A week ago, we reported that a runner collapsed in cardiac arrest not far from the finish line of the Chilly Half-Marathon in Burlington, Ont. Scott Matheson, 60, of Toronto, received medical attention immediately, and was transported to Joseph Brant Hospital. Matheson has had surgery to insert a stent in his heart, and is still recovering. He’s expected to be released from hospital early next week, but is facing several months’ recovery at home before he can return to work (or running).
The race’s medical staff had to use a defibillator and CPR on Matheson several times to bring him back. The percentage of patients who survive a cardiac arrest outside of a hospital is known to be extremely low (between five and seven per cent). Thankfully, the hospital is only a short distance from the finish line.
Joy Kramarich was the first member of the race’s medical team to attend to Matheson. “I am so happy that things worked out well and that he is alive,” Karamarich told us. “I am a trauma nurse in Toronto, and given my 35 years of experience, he might not have lived. He was over 10 minutes without vital signs.”
Matheson had been training with Marathon Dynamics Inc. of Toronto and coach Kevin Smith, who stayed with him in the hospital until his wife Erica (who was at their son Ethan’s hockey game while the race was on) could get there.
We reached Erica Matheson by phone today.
“He’s made great progress, considering that virtually a week ago his heart stopped,” she told us, explaining that Scott has no memory of what happened, and has experienced some confusion and agitation due to lack of oxygen to the brain during his cardiac arrest. “He thinks he’s invincible and can go back out and keep walking and running, but it’s not like that,” she says.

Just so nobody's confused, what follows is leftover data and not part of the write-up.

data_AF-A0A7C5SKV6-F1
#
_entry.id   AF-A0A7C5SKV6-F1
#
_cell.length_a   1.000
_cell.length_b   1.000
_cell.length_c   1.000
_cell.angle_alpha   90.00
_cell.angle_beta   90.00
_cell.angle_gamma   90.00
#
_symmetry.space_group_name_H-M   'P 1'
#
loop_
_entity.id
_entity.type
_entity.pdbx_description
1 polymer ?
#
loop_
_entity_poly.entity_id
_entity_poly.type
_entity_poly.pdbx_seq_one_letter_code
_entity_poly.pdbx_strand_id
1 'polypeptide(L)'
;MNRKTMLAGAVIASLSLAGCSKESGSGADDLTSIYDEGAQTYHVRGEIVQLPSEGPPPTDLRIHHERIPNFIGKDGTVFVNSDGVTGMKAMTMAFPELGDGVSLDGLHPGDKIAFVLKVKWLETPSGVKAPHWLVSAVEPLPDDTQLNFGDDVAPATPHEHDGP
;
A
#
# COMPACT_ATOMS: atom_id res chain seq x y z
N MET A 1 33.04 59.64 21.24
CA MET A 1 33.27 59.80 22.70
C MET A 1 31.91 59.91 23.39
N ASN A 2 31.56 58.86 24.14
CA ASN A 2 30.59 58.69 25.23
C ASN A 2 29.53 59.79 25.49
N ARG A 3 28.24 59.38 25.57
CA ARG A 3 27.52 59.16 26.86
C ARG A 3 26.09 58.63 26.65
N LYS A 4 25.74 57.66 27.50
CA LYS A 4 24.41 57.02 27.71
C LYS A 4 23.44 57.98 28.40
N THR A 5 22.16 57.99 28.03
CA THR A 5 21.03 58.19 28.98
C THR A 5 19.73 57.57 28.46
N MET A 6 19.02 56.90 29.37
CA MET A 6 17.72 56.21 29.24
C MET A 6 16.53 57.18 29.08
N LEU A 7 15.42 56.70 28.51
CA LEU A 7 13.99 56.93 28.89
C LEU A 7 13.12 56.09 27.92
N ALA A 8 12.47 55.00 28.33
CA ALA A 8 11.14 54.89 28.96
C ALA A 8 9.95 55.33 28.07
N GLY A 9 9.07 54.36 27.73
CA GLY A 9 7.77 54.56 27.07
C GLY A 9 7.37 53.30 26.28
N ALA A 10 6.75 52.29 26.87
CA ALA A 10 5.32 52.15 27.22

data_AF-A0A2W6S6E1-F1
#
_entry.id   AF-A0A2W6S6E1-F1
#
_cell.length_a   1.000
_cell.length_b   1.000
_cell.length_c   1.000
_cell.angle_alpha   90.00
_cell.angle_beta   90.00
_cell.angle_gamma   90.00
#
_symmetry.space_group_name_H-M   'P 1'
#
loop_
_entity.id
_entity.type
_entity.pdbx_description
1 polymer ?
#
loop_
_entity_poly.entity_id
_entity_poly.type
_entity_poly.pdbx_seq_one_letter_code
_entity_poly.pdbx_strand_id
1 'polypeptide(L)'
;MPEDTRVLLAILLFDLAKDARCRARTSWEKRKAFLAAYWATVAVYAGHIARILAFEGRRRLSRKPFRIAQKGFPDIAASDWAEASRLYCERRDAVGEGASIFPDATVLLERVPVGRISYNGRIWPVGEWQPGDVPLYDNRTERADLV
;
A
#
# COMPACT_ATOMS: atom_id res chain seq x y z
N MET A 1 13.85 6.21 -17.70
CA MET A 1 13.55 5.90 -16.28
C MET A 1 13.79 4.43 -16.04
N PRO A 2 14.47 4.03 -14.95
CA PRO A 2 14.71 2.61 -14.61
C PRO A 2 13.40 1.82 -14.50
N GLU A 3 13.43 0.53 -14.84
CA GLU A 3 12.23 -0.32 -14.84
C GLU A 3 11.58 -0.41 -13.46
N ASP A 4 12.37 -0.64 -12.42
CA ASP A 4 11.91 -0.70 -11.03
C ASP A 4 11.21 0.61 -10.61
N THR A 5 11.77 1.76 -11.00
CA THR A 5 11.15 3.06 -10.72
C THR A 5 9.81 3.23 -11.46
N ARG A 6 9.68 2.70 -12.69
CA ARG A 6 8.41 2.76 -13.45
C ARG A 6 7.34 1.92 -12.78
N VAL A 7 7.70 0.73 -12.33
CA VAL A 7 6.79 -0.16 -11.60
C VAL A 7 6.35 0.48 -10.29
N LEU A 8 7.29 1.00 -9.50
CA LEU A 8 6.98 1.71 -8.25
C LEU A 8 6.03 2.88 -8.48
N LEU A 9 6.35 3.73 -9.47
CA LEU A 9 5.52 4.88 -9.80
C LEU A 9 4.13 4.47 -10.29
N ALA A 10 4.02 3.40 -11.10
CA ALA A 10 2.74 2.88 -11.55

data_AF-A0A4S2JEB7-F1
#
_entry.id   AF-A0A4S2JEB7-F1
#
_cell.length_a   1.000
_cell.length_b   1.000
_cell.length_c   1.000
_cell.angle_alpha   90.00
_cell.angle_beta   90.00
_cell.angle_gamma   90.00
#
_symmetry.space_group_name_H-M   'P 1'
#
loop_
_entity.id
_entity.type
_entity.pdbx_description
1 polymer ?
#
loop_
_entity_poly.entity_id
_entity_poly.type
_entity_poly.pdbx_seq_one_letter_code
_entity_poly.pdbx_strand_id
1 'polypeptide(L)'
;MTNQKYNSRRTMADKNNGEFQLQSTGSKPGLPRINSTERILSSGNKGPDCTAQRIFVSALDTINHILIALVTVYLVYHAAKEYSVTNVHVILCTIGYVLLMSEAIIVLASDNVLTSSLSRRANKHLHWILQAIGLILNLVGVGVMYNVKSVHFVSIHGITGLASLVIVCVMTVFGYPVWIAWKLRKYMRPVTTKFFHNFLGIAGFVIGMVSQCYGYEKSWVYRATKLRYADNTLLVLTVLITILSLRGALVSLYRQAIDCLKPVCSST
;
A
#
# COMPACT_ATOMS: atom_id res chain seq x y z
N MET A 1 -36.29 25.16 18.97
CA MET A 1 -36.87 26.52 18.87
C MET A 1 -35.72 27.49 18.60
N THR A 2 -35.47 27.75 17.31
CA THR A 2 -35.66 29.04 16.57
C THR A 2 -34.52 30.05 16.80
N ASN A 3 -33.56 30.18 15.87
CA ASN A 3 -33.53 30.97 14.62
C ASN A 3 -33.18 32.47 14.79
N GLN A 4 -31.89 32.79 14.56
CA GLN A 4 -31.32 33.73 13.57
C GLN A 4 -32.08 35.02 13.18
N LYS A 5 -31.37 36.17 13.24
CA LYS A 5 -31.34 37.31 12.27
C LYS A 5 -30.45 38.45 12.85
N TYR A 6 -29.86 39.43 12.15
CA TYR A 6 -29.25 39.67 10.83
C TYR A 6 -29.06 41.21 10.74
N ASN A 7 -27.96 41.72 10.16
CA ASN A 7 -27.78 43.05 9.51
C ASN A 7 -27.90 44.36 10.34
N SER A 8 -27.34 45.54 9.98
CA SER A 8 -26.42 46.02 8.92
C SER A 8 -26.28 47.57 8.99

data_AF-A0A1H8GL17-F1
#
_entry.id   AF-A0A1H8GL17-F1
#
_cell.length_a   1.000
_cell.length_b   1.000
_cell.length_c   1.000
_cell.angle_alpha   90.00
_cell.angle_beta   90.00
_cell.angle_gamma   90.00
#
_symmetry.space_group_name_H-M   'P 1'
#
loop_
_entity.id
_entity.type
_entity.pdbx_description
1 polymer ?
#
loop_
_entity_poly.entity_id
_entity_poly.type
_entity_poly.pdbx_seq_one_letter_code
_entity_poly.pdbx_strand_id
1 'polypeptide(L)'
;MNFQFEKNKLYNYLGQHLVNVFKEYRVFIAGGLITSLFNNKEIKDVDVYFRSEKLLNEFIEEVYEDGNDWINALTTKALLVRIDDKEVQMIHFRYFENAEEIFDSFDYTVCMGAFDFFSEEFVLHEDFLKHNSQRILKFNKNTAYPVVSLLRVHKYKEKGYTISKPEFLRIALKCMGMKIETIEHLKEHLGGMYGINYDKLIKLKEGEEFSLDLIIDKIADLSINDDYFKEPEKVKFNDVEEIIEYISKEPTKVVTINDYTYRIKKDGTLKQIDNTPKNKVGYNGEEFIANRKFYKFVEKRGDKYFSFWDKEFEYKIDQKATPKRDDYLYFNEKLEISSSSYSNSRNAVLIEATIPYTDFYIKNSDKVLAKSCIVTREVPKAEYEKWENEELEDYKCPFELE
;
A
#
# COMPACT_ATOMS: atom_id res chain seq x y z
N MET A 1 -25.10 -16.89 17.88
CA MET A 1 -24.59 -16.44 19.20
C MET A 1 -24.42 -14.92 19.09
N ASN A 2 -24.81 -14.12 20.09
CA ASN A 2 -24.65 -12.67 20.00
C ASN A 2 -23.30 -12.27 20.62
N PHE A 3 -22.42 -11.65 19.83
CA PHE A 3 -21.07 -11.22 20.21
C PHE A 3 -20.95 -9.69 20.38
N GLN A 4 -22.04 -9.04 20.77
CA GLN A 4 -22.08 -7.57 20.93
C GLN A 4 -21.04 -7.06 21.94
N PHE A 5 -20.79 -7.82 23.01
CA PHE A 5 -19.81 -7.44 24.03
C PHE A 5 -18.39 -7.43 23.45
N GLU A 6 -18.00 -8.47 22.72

Once at the hospital, Matheson was put into a medically induced coma and was on a ventilator. “For two days I didn’t know if I would get my husband back or not,” Erica says. By Tuesday Scott’s eyes were open, but he was unable to understand or respond.
“For the next few days we were just in limbo figuring out if his memory would come back, or if his behaviour would be different. They warn you that sometimes with this type of injury it’s not uncommon to have a brain issue in terms of… some people don’t recognize their own family. He did recognize us, but didn’t remember us being there for about three days after he woke up. He woke up Tuesday, but would just look around and we would talk to him and tell him how much we loved him. He would smirk in recognition, but he doesn’t remember any of it.”
Matheson was transported to Hamilton General Hospital on Friday for an angiogram, which found that he had a 95 per cent blockage in the right side of his heart.
“They said he was really lucky, because two years ago he was 60 pounds heavier,” Erica says, explaining that Scott had run about 15 marathons before Ethan (who is now 15) was born, but drifted into a less healthy lifestyle in the years following. “He started back up in September 2017, saying ‘I have to change my lifestyle and get off the couch.’ He started walking 30,000 to 40,000 steps a day with our dogs, and went on a diet and lost the weight, which took him about a year. And then he started running, signing up for Marathon Dynamics. He was involved in the group twice a week, and did the training Kevin had suggestested.” Matheson ran two half-marathons last fall and one earlier this winter, in Barbados.
Matheson works for Post Media, in distribution.
Erica says the running community has been tremendously supportive, and expressed her extreme gratitude.